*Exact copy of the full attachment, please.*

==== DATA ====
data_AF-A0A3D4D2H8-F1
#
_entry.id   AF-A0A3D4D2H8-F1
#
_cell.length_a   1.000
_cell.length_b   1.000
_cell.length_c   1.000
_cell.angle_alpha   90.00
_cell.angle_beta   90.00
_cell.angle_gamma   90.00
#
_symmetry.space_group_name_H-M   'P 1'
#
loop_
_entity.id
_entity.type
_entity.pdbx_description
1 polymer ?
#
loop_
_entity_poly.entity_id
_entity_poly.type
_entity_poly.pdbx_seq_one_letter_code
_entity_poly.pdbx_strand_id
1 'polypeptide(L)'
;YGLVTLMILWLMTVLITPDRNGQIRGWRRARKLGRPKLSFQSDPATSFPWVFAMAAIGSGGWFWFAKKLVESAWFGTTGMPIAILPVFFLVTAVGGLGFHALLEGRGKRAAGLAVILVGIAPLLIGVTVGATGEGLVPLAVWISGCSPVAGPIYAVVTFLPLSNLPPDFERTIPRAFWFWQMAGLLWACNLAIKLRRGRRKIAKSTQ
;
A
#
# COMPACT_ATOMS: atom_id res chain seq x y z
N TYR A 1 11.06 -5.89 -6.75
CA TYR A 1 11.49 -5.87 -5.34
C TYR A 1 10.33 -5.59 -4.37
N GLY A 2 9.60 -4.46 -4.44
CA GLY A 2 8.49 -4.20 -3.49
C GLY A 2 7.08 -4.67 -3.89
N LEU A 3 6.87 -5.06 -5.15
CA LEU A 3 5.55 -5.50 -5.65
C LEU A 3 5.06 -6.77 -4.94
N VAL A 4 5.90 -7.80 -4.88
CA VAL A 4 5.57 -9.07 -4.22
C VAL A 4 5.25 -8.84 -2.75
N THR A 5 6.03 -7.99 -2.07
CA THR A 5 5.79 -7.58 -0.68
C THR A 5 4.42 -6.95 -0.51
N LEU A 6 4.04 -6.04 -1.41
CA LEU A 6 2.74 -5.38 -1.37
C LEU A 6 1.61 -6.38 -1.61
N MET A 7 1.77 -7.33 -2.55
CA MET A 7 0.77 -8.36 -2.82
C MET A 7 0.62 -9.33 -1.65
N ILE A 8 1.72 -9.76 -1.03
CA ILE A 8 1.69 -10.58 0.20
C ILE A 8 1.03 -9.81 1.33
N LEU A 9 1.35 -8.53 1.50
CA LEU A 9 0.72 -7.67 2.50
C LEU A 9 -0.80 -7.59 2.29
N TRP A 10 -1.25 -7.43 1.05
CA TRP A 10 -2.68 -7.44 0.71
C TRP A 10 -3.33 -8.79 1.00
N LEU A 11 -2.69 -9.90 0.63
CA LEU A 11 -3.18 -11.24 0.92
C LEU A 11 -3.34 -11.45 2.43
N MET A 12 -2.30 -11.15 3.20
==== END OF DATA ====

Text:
data_AF-A0A3D4D2H8-F1
#
_entry.id   AF-A0A3D4D2H8-F1
#
_cell.length_a   1.000
_cell.length_b   1.000
_cell.length_c   1.000
_cell.angle_alpha   90.00
_cell.angle_beta   90.00
_cell.angle_gamma   90.00
#
_symmetry.space_group_name_H-M   'P 1'
#
loop_
_entity.id
_entity.type
_entity.pdbx_description
1 polymer ?
#
loop_
_entity_poly.entity_id
_entity_poly.type
_entity_poly.pdbx_seq_one_letter_code
_entity_poly.pdbx_strand_id
1 'polypeptide(L)'
;YGLVTLMILWLMTVLITPDRNGQIRGWRRARKLGRPKLSFQSDPATSFPWVFAMAAIGSGGWFWFAKKLVESAWFGTTGMPIAILPVFFLVTAVGGLGFHALLEGRGKRAAGLAVILVGIAPLLIGVTVGATGEGLVPLAVWISGCSPVAGPIYAVVTFLPLSNLPPDFERTIPRAFWFWQMAGLLWACNLAIKLRRGRRKIAKSTQ
;
A
#
# COMPACT_ATOMS: atom_id res chain seq x y z
N TYR A 1 11.06 -5.89 -6.75
CA TYR A 1 11.49 -5.87 -5.34
C TYR A 1 10.33 -5.59 -4.37
N GLY A 2 9.60 -4.46 -4.44
CA GLY A 2 8.49 -4.20 -3.49
C GLY A 2 7.08 -4.67 -3.89
N LEU A 3 6.87 -5.06 -5.15
CA LEU A 3 5.55 -5.50 -5.65
C LEU A 3 5.06 -6.77 -4.94
N VAL A 4 5.90 -7.80 -4.88
CA VAL A 4 5.57 -9.07 -4.22
C VAL A 4 5.25 -8.84 -2.75
N THR A 5 6.03 -7.99 -2.07
CA THR A 5 5.79 -7.58 -0.68
C THR A 5 4.42 -6.95 -0.51
N LEU A 6 4.04 -6.04 -1.41
CA LEU A 6 2.74 -5.38 -1.37
C LEU A 6 1.61 -6.38 -1.61
N MET A 7 1.77 -7.33 -2.55
CA MET A 7 0.77 -8.36 -2.82
C MET A 7 0.62 -9.33 -1.65
N ILE A 8 1.72 -9.76 -1.03
CA ILE A 8 1.69 -10.58 0.20
C ILE A 8 1.03 -9.81 1.33
N LEU A 9 1.35 -8.53 1.50
CA LEU A 9 0.72 -7.67 2.50
C LEU A 9 -0.80 -7.59 2.29
N TRP A 10 -1.25 -7.43 1.05
CA TRP A 10 -2.68 -7.44 0.71
C TRP A 10 -3.33 -8.79 1.00
N LEU A 11 -2.69 -9.90 0.63
CA LEU A 11 -3.18 -11.24 0.92
C LEU A 11 -3.34 -11.45 2.43
N MET A 12 -2.30 -11.15 3.20